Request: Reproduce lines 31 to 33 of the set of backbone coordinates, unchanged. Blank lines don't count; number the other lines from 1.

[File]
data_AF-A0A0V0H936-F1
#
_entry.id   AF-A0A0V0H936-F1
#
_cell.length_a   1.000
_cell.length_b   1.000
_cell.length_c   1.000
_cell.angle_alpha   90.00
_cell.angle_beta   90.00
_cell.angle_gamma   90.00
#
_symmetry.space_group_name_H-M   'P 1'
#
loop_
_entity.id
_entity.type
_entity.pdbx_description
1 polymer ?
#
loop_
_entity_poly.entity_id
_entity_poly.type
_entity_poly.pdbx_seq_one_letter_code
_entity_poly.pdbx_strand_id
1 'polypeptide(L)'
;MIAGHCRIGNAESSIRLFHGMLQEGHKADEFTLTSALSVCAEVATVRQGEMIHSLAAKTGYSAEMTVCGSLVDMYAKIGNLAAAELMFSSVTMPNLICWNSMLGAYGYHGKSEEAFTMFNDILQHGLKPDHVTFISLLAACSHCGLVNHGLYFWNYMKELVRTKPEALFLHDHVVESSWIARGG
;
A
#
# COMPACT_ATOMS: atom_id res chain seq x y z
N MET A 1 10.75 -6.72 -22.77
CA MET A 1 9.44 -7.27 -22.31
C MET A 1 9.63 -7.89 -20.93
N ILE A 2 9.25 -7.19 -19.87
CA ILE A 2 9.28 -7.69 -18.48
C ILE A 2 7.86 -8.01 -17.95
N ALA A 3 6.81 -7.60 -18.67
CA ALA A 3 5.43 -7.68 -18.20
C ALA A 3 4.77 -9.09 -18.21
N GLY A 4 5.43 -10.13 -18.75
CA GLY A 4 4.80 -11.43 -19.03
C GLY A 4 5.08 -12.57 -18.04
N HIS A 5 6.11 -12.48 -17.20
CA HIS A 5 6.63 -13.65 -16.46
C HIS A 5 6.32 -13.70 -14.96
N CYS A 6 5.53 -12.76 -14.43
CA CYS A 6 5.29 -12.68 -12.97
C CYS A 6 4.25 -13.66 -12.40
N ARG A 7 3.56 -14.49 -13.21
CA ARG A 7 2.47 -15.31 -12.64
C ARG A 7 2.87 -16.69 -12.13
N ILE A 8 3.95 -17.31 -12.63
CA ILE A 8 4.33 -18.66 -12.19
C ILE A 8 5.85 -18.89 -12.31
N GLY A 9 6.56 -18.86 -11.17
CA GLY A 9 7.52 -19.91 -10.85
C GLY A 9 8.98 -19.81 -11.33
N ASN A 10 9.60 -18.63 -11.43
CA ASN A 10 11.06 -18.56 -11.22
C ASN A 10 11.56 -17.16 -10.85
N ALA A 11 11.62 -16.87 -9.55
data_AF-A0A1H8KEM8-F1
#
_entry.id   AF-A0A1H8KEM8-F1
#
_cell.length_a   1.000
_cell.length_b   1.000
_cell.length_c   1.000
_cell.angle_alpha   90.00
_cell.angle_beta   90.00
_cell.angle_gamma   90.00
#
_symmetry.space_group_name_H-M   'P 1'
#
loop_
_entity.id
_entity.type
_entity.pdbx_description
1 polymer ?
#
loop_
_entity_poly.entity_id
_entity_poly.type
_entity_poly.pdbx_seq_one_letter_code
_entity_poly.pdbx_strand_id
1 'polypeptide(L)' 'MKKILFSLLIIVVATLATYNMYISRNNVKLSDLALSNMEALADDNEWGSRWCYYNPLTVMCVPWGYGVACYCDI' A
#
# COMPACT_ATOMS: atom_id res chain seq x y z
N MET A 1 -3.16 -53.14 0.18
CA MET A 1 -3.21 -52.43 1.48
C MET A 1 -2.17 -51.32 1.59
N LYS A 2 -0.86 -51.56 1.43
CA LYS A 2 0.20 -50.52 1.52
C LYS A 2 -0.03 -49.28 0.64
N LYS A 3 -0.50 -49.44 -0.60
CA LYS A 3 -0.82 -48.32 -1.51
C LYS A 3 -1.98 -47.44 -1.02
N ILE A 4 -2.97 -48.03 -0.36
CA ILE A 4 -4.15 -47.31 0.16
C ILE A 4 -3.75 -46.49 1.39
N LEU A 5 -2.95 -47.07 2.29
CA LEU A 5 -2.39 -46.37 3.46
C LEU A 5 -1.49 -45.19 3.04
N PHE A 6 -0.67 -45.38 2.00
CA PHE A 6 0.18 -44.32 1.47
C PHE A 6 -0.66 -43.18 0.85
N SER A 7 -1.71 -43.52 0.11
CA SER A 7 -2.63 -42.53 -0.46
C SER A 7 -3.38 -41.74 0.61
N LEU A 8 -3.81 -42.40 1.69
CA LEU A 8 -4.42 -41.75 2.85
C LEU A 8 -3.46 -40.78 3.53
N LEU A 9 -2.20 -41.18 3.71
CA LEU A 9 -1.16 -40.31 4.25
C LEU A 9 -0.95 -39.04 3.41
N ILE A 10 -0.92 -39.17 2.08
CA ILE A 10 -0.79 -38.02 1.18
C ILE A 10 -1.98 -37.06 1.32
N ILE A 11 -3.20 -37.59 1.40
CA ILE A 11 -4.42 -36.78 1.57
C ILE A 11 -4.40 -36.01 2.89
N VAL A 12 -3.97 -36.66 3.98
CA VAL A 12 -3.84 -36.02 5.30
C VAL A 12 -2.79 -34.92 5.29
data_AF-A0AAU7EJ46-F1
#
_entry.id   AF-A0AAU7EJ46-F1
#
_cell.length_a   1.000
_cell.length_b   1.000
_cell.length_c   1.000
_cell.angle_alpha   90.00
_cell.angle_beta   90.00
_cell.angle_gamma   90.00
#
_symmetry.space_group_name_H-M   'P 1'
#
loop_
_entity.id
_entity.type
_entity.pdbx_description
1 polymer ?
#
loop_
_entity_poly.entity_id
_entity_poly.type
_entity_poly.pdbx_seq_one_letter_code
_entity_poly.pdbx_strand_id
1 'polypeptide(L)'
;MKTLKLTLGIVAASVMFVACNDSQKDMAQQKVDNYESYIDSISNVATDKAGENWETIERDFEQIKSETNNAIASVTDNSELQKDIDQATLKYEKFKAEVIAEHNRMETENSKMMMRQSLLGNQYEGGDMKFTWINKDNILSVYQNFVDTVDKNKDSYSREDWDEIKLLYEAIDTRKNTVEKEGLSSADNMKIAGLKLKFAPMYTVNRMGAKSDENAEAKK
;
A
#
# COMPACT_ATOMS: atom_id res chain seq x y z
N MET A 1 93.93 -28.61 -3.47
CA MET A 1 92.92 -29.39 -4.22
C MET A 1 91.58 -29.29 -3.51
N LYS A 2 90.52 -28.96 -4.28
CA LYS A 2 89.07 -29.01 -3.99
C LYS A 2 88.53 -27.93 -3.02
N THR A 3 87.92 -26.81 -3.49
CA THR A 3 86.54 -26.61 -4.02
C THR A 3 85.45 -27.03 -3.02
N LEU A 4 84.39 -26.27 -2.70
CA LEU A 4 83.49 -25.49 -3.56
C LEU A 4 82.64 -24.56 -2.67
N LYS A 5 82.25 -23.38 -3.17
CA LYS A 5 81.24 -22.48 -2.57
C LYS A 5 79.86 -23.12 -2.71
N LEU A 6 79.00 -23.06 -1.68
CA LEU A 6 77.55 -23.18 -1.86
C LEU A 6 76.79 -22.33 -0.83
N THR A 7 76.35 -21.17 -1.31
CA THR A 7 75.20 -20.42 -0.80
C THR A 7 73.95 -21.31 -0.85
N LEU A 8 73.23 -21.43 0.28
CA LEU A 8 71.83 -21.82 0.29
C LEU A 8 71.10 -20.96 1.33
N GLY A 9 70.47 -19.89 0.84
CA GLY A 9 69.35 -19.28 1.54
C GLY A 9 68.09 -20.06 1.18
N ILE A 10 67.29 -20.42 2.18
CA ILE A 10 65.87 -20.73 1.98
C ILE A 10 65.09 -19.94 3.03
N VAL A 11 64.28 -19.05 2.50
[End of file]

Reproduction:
N MET A 1 10.75 -6.72 -22.77
CA MET A 1 9.44 -7.27 -22.31
C MET A 1 9.63 -7.89 -20.93